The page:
Historic places in the Devils Postpile area include the structures remaining at the Minaret Mine site, the Reds Meadow Guard Station, the Reds Meadow Bath House, the Devils Postpile Ranger Station, the cabin ruins at the base of the Postpile, and some of the structures at the Reds Meadow Resort and Pack Station. As representations of the area's economic development and of the history of interagency and regional cooperation during federal government administration, some of these sites may be eligible for listing on the National Register of Historic Places. Many of the places referenced on this page are located on the Inyo National Forest and are not within the boundaries of the monument.
Established in 1878 six miles west of the Postpile, the Minaret Mine was not significantly developed until fifty years later when C.C. Randall purchased the claim, hired members of the Johnston family oversee operations, and financed construction of the first road into the Middle Fork Valley. The narrow dirt track zigzagged steeply from Minaret Summit to Pumice Flat and up the six miles to the mine site on a tributary of Minaret Creek. It was built to supply the dozen or so men who worked at the mine during the winter. Tex Cushions of Mammoth City (now known as the Town of Mammoth Lakes) made frequent trips to the mine by dog sled. Ultimately, however, the mine's remote location made sustaining a profit nearly impossible.
After the mine ceased operations in the early 1930s, mineral rights for the area changed hands several times. In the 1970s, the claim was held by Reverend Ralph York of Los Gatos, California, who reportedly improved the structures to use them as a summer camp for his church.
While mining was popular near Devils Postpile, extensive evidence of mining within the monument has never been found.
Reds Meadow Resort and Pack Station
After the Minaret Mine closed, the Johnston family extended the road south from Pumice Flat to Reds Meadow and partnered with Lloyd Summers to construct the buildings for the Reds Meadow Pack Station, later upgraded to the Reds Meadow Resort and Pack Station. From the 1940s to the 1960s, the station's most popular trip followed the route of the old French Trail to Summit Meadow, up to Sheep's Crossing on the North Fork San Joaquin, and on to the 77 Corral. By the 1960s it had become one of the most popular outfitters in the Sierra Nevada.
The only structure remaining at the station that meets the 50-year age requirement for National Register consideration is Cabin One at the resort. However, the pack station itself was significant in the development of the recreational economy of the Mammoth Lakes region.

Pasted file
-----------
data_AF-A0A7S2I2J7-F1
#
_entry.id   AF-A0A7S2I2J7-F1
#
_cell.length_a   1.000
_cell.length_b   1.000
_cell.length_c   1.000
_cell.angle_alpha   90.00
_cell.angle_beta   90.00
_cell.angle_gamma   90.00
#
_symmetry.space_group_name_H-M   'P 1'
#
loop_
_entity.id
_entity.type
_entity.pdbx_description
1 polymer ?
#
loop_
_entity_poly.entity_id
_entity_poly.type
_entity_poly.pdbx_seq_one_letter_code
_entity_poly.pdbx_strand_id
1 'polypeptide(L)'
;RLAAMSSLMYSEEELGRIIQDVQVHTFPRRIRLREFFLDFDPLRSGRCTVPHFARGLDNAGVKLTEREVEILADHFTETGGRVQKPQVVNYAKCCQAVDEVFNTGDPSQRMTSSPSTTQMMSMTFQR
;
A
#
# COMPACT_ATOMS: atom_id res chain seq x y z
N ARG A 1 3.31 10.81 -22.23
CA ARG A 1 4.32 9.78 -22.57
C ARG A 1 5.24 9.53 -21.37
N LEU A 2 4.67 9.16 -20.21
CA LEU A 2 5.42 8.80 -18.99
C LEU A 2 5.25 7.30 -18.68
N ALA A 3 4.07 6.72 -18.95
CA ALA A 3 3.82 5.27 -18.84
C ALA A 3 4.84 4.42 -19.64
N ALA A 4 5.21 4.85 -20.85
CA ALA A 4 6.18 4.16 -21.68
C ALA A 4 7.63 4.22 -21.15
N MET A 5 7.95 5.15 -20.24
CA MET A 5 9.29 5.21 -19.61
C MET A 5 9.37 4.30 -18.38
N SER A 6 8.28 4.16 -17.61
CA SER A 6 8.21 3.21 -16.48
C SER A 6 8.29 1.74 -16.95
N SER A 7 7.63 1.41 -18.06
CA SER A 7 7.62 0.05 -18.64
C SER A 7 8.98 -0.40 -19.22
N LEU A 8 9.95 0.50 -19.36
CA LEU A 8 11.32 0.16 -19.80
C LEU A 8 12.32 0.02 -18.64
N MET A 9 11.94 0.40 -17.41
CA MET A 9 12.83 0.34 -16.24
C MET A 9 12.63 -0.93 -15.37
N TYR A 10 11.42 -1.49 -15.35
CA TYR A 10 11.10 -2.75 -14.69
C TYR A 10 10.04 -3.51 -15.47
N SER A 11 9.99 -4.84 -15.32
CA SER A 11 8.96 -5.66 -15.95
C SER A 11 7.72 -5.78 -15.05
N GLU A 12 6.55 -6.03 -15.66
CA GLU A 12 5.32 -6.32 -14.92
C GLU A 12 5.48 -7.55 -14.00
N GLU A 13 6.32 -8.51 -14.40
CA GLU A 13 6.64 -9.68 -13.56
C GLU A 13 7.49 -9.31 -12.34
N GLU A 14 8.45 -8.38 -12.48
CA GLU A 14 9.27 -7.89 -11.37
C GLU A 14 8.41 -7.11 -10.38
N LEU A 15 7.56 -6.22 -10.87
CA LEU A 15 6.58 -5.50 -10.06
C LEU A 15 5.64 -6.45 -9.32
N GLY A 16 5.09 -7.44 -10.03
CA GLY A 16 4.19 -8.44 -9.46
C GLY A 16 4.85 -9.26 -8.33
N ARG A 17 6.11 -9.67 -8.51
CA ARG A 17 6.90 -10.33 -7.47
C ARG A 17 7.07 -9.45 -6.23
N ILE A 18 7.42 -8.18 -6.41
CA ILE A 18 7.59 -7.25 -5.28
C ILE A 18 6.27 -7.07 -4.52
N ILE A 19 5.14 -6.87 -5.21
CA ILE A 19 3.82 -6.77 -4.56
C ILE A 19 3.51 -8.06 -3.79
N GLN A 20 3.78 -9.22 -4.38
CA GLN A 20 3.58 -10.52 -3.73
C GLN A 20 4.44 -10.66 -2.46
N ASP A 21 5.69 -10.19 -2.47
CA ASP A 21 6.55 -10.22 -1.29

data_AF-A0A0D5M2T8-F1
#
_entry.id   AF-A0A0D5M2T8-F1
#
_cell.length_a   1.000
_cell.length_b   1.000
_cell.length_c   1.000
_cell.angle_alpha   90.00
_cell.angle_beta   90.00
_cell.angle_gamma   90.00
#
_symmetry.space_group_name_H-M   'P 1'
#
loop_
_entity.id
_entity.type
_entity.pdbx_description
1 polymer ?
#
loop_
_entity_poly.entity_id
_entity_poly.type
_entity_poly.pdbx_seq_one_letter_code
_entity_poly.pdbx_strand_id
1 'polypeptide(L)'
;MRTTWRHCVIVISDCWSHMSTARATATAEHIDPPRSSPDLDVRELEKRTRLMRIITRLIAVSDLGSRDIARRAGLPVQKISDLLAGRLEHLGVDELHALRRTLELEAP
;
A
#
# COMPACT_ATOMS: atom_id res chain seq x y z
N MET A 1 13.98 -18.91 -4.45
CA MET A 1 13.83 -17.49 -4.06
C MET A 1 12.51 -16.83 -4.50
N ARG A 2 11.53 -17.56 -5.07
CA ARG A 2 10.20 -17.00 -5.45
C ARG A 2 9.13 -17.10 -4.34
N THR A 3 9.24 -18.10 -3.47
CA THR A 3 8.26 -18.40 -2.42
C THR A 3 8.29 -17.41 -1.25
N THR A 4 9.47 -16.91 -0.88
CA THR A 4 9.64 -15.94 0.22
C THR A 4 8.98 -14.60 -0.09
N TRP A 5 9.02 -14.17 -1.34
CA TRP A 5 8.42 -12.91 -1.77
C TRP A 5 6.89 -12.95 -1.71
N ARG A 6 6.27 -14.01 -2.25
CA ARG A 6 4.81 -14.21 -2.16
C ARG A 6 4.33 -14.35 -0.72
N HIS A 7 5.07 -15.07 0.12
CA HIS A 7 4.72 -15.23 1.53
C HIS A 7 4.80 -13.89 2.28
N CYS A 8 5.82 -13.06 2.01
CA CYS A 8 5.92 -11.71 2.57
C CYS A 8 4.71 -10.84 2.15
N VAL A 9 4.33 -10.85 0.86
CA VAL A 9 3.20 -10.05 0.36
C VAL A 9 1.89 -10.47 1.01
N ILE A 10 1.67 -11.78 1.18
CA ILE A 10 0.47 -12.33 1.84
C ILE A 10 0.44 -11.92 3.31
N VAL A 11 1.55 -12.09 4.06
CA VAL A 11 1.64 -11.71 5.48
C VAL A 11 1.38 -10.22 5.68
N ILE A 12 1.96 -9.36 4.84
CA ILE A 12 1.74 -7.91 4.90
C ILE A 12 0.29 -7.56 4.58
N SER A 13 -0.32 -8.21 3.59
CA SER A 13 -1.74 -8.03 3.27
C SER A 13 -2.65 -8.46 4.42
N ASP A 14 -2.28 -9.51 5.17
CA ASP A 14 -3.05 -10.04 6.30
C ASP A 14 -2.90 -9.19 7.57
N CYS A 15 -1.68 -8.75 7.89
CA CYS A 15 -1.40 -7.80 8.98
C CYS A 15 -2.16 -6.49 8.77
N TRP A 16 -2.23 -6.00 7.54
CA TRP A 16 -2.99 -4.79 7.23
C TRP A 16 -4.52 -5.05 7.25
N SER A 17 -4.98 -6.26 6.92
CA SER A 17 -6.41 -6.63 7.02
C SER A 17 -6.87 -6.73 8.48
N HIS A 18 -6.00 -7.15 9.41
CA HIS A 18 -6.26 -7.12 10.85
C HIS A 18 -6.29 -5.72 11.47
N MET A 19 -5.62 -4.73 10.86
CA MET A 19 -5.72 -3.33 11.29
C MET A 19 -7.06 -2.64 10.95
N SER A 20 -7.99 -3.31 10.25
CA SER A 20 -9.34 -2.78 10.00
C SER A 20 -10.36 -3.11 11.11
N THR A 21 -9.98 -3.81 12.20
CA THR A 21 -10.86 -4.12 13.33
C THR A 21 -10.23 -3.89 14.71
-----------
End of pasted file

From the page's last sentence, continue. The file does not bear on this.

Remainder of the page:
Reds Meadow Guard Station and Bath House
The US Forest Services established a summer guard station at Reds Meadow in 1910. Ranger Malcolm McLeod, who was assigned to the station in 1913, took up residence in a tent camp there with his wife Emma. In 1927, they began using a log cabin that he and his crew built near the hot spring. Forest Service ranger Lee Verret lived there with his wife Dorothy for 19 summers starting in 1949. The cabin, which is still standing, served as the Forest Service ranger station for the entire Middle Fork Valley until late 1960s.
A crew from the Civilian Conservation Corps stationed at the North Fork Ranger camp on the Sierra National Forest built the public bathhouse located down the hill from the Reds Meadow cabin in 1935. The only CCC structure in the area, it enabled better management of the use of the hot spring by valley visitors. The hot spring bathhouse suffered damage during the 2011 windstorm and is currently inoperable.
The remains of the cabin near the base of the Postpile is the monument's most visible remnant of the area's mining past. Its origins are not entirely clear. Although some accounts indicate that a settler known as Red Sotcher built the cabin in 1878, another suggested that the cabin "looked new" in 1909 when it was occupied by a man named Moore. Known for his high-quality English tweeds Moore was apparently supervising men working at his mining claim somewhere west of the Postpile. The cabin may have been built during the mining boom of the late 1800s and subsequently rehabilitated by Moore or other inhabitants.
When it was standing, the cabin exhibited architectural features not found elsewhere in the Sierra Nevada, including deeply recessed windows and the shake and wedge-shaped chinking used for the roof. The largest logs were used to form the base, and progressively smaller pieces of lumber were linked together to form the walls. The cabin may have been constructed this way to stand up to the heavy accumulations of snow in the area. It was still in use in the 1930s when deterioration began. After it collapsed under a heavy snow in 1954, the National Park Service removed most of the remnants. Today, only the foundation and the large stone hearth are still visible.
Devils Postpile Ranger Station
The Devil Postpile Ranger Station is constructed primarily of sugar pine lumber salvaged from the historic Sentianal Hotel in Yosemite Valley. The cabin serves as the current visitor contact station with the former front kitchen holding interpretive exhibits, and the back bedroom operating as an office space.
The cabin was originally built in July 1941 to replace the tent shelter that had served as both the ranger quarters and visitor contact station since the mid-1930s. The cabin has since been renovated with repairs necessary to maintain the functionality but original structural materials remain in very good condition. This building stands as a reminder of the early planning and development at Devils Postpile National Monument.